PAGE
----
Mean Exit Times of Markov Processes
Gray and Pinsky  have investigated the geometric content of the mean exit time of Brownian motion Xt from a ball on a Riemannian manifold. That is, if m is the center of the geodesic ball Be of radius e, and if Te is the first time Xt exits Be, they obtain the asymptotic expansion of Pm[Te] as e goes to zero and identify the first three nonzero terms of the expression in terms of the geometry of the manifold. In view of the fact that pm[Te] contains so much geometric information, it seems natural to ask to what extent pm[Te] determines the Brownian motion itself. Could there be another process (Yt,QX) with pm[Te] = Qm[Te] ? Without additional information, this seems difficult to determine. Restricting to exit times of balls with center m limits us severely. Our purpose in this note is to indicate that if the hypotheses are strengthened somewhat, then mean exit times do determine the process. The proof naturally appears in two parts. First, we indicate that the mean exit times determine the geometric trajectories of the process, and then we show that the speed at which the processes move along these trajectories is also determined. In fact, if two processes are time changes of one another and if the mean exit, times of one process dominate the mean exit times of the other process, then one process runs more slowly than the other, path for path. This is not true if the mean last exit times of one process dominate the mean last exit times of a time change of the process as we show in Example (5).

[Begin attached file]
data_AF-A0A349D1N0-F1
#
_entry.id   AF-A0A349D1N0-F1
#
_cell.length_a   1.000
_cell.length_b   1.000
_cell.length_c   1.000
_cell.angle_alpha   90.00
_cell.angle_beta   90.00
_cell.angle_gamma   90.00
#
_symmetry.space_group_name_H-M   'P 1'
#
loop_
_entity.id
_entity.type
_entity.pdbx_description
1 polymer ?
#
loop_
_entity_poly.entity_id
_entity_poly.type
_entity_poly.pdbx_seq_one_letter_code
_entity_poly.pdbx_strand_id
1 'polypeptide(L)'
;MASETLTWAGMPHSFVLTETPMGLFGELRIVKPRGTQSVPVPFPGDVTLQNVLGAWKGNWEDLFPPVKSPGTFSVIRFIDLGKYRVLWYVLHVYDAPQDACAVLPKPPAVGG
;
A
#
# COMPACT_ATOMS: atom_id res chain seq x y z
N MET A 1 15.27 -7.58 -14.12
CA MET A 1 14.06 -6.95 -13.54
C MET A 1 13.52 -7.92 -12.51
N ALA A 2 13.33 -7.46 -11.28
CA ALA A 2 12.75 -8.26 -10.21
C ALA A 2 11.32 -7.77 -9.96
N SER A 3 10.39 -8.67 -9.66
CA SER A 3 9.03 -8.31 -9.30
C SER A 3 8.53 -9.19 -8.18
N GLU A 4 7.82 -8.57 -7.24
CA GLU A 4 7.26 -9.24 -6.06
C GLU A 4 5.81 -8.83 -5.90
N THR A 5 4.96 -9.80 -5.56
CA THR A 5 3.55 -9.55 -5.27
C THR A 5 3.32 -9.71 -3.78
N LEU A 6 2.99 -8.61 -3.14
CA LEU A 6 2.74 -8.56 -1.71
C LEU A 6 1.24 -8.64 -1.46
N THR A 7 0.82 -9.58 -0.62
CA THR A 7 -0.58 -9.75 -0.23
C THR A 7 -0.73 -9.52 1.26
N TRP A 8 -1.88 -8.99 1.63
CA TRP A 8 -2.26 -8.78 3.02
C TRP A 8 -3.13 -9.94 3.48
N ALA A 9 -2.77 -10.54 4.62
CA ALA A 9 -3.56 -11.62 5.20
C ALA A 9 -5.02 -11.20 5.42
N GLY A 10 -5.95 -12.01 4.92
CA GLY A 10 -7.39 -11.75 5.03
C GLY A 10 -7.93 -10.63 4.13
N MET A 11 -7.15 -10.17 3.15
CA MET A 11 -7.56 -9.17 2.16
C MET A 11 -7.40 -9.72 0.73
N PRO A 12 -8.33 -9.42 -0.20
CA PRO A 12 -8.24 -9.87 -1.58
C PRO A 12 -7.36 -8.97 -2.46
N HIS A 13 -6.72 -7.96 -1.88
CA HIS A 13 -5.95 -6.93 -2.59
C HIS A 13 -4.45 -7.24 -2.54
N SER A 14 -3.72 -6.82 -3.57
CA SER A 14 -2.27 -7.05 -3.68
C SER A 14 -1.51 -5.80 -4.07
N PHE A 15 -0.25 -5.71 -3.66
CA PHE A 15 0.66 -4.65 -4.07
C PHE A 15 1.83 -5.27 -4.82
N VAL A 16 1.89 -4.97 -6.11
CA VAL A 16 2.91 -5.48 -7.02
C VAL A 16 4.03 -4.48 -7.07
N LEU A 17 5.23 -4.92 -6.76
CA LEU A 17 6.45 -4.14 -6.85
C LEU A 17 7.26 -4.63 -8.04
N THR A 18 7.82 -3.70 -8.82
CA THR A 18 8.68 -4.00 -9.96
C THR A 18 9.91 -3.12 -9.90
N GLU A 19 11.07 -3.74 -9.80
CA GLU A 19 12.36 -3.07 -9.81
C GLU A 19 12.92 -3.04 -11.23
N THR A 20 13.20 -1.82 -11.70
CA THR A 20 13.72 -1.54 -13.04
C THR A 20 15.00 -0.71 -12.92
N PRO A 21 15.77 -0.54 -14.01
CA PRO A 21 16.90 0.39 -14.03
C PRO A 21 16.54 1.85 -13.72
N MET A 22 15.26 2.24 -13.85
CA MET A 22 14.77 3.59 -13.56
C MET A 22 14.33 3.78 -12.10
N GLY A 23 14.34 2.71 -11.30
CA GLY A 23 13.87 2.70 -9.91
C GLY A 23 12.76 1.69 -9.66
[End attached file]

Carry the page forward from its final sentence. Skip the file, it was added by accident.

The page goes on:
KeywordsBrownian Motion Riemannian Manifold MARKOV Process Exit Time Potential Density
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